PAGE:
In any case, like John K. Wilson, I find it very ironic that the Chancellor’s statements and his subsequent defense of his statements are actually much more politically problematic than Rachel Slocum’s supposed “offense.”


Open Letter to Chancellor Joe Gow and the University of Wisconsin-La Crosse Community

My email to students was meant to be brief and accurate, a simple alert that there was a government shut down instigated by conservative members of the House and conservative actors in society. Reputable analyses have established this fact. The New York Times, for instance, reported that these actors had been planning the shutdown as a way to defund the Affordable Care Act since President Obama took office for his second term. The furor over debt is part of the long game played by conservative groups in this country who make no secret of their desire to decrease government spending on things like data collection by the US Census Department. For those students in my class experiencing the perhaps happy occasion of an assignment no longer doable, this was a moment when it might have occurred to them that their learning requires spending on government agencies like the US Census Department.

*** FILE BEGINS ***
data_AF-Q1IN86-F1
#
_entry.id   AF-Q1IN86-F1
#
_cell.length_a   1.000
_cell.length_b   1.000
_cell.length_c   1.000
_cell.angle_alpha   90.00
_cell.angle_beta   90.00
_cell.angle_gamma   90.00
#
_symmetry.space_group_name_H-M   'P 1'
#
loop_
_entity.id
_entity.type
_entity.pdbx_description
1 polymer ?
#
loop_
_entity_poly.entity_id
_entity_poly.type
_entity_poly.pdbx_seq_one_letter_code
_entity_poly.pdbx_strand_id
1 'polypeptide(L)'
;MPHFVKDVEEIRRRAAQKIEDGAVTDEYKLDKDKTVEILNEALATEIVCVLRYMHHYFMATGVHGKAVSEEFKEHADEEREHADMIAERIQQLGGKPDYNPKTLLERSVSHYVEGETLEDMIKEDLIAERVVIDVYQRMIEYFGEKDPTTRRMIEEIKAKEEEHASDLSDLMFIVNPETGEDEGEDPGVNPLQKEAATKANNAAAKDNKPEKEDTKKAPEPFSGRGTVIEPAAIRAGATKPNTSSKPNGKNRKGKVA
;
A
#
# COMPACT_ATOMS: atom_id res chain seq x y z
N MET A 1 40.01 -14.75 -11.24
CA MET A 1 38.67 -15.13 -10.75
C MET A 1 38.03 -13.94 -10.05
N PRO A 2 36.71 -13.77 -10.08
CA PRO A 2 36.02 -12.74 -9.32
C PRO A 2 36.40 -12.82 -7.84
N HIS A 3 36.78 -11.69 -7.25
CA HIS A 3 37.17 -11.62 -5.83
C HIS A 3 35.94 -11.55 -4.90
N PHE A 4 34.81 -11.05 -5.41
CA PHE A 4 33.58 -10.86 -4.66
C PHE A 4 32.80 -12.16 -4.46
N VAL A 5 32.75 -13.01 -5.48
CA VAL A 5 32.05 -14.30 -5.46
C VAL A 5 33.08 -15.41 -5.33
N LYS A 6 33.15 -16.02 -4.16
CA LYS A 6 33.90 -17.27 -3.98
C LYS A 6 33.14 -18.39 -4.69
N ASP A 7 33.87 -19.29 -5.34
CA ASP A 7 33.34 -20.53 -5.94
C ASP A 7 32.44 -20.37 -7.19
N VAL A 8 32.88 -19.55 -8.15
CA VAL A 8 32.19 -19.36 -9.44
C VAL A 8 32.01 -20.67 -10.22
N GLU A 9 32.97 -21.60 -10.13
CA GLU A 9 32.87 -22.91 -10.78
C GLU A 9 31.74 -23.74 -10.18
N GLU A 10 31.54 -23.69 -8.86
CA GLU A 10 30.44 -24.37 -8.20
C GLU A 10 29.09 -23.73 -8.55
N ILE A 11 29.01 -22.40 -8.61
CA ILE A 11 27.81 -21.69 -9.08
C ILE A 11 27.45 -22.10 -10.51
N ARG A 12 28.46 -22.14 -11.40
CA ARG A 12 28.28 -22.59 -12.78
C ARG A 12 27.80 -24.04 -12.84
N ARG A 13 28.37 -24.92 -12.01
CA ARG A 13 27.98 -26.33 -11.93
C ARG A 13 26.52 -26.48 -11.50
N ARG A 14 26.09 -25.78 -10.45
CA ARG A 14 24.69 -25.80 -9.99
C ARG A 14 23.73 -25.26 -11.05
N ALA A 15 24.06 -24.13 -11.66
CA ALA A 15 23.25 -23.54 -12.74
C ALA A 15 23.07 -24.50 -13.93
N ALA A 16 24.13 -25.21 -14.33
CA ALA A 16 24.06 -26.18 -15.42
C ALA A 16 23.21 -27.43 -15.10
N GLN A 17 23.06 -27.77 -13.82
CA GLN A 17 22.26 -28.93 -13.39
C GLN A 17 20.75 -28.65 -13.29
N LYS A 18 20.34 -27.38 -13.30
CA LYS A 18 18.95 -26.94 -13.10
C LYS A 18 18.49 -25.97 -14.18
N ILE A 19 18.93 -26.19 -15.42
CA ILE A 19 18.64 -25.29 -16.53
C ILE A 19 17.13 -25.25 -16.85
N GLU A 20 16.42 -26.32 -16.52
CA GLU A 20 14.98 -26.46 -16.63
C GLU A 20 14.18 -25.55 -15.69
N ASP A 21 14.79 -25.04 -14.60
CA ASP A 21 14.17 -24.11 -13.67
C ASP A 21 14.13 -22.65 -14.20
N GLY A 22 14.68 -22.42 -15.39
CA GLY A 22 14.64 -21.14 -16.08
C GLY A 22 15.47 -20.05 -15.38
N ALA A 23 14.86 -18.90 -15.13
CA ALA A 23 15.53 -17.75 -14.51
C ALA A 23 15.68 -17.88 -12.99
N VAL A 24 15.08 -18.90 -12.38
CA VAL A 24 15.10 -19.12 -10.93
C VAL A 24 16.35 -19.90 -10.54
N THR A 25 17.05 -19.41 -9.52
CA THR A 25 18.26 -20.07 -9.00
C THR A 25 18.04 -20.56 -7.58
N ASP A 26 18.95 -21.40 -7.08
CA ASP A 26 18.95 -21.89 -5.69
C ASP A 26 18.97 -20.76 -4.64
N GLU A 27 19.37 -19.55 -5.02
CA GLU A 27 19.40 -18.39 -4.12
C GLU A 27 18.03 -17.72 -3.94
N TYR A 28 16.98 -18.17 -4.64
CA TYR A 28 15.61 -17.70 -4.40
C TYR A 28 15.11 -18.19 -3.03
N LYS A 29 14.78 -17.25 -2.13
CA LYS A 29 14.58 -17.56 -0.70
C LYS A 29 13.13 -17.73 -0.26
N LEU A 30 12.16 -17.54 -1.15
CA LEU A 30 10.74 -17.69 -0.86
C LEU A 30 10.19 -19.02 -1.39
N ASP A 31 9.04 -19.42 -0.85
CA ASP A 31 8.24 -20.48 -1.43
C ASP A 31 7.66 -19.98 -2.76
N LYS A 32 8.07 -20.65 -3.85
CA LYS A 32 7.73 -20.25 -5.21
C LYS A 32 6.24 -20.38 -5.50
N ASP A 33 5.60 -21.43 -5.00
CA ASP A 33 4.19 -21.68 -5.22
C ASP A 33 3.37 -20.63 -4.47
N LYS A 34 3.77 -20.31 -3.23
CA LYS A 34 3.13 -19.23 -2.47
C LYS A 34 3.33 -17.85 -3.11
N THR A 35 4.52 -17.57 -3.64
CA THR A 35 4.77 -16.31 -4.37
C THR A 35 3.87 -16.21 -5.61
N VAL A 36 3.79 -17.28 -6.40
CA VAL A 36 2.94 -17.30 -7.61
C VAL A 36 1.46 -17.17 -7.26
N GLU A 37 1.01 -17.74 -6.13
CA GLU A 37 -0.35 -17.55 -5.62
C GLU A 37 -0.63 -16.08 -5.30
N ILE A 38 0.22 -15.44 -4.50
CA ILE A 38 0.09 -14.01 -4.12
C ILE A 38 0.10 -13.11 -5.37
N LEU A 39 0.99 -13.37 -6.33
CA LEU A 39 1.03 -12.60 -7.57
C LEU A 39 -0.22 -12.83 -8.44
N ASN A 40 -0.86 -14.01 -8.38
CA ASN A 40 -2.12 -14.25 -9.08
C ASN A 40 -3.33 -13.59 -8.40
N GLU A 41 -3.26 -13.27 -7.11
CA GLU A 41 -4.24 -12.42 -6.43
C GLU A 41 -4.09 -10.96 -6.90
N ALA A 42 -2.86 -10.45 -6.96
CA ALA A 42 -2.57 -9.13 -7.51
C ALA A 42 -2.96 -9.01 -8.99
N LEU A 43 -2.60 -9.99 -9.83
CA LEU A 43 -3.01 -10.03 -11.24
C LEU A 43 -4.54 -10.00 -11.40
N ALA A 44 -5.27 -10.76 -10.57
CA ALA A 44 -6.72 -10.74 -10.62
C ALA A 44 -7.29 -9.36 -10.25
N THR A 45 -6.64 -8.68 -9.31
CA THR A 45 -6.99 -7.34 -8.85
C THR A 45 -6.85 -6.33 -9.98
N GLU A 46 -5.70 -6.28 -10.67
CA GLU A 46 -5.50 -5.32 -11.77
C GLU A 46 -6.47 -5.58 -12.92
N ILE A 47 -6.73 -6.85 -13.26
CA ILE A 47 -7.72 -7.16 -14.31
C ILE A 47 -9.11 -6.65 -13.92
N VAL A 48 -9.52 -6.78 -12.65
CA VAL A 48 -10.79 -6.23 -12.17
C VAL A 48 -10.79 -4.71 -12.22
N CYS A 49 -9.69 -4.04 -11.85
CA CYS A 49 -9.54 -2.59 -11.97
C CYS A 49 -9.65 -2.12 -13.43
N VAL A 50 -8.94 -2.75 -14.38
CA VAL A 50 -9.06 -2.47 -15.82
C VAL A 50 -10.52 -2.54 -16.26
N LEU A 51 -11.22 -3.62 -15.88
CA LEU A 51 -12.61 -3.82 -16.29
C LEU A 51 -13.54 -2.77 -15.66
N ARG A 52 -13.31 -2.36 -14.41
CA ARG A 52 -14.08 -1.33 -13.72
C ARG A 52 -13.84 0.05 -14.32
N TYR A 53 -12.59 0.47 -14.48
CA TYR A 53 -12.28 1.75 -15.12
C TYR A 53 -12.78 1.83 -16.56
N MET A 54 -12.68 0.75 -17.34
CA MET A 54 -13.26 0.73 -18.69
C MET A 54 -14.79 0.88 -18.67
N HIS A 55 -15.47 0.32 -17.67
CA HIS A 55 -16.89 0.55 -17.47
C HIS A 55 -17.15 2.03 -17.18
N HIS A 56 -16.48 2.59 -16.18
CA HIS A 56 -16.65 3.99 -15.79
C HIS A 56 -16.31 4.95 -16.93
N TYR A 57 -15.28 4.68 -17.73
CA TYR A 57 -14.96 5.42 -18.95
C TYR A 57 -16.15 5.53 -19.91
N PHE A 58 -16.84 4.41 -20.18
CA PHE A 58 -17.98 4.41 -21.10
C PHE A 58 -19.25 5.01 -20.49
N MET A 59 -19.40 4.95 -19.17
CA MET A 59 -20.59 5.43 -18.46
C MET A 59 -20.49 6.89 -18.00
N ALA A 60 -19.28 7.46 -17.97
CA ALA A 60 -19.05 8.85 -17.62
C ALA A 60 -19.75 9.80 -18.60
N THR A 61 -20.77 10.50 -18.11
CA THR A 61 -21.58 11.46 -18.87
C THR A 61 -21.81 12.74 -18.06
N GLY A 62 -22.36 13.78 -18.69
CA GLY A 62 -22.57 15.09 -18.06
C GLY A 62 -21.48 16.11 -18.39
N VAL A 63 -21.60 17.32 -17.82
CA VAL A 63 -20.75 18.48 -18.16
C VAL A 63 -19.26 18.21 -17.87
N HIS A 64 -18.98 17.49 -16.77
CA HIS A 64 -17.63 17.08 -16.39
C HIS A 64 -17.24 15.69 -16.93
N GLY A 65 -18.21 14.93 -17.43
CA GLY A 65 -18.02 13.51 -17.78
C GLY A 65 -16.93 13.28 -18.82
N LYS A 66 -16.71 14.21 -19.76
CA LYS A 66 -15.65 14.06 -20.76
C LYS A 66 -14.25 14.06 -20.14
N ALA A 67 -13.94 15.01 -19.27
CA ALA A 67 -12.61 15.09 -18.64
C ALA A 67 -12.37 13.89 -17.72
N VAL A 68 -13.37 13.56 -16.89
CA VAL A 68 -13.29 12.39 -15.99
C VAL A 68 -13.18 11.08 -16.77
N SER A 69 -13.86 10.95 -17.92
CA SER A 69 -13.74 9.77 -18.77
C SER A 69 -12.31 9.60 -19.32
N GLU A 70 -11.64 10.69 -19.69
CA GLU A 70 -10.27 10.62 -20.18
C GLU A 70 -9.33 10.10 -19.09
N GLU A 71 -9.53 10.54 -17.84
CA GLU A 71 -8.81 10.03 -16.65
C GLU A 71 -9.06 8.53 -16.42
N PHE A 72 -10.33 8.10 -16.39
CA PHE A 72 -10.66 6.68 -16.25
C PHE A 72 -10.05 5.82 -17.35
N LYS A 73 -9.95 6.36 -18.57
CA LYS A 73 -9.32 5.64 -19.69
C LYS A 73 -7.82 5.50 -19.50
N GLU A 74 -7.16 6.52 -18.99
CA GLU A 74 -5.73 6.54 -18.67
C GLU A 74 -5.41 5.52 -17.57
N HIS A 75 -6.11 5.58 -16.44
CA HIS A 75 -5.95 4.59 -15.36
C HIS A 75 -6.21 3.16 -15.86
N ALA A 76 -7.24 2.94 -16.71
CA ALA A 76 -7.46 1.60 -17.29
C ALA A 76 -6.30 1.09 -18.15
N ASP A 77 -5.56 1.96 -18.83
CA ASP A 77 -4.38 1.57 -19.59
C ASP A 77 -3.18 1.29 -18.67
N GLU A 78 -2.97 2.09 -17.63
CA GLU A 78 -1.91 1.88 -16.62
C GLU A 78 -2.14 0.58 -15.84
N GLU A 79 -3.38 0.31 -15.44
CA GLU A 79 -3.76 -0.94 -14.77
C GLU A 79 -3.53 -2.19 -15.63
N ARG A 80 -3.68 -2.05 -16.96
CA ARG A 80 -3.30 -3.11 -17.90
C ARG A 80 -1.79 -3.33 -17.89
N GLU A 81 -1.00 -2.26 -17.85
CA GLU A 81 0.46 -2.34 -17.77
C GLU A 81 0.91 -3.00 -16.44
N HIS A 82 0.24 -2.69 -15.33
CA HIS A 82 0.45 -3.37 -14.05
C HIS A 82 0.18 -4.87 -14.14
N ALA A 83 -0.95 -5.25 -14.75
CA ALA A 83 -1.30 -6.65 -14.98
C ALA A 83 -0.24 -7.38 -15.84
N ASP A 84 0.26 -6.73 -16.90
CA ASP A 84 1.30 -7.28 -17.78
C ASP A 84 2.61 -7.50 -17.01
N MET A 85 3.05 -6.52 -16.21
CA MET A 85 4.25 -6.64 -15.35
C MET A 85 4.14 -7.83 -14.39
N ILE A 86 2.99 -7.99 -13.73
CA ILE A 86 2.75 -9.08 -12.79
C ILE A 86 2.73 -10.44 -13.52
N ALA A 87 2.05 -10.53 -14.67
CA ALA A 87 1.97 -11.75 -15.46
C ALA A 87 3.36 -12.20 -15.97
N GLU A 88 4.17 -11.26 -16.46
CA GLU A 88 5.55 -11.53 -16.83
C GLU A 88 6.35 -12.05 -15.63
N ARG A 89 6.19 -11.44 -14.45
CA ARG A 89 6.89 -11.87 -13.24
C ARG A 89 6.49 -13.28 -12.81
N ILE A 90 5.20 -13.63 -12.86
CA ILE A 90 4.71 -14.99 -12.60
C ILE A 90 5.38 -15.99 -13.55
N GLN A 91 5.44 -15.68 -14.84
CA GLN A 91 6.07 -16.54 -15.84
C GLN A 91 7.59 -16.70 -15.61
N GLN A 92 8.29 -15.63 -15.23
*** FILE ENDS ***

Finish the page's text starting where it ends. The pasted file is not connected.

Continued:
Any statement I might have said about the impossibility of doing the assignment would have been political. It is a political statement to say “the data collection assignment cannot be done in full” or “a government shut down has made it impossible to complete the assignment.” Leaving out something is as partisan as putting it in. All professors in any discipline have political positions, whether they say so or not. The political position always enters into class. A class that claims to teach “just the facts” is as political as one that teaches about social justice, although it is easier to hide politics behind the former.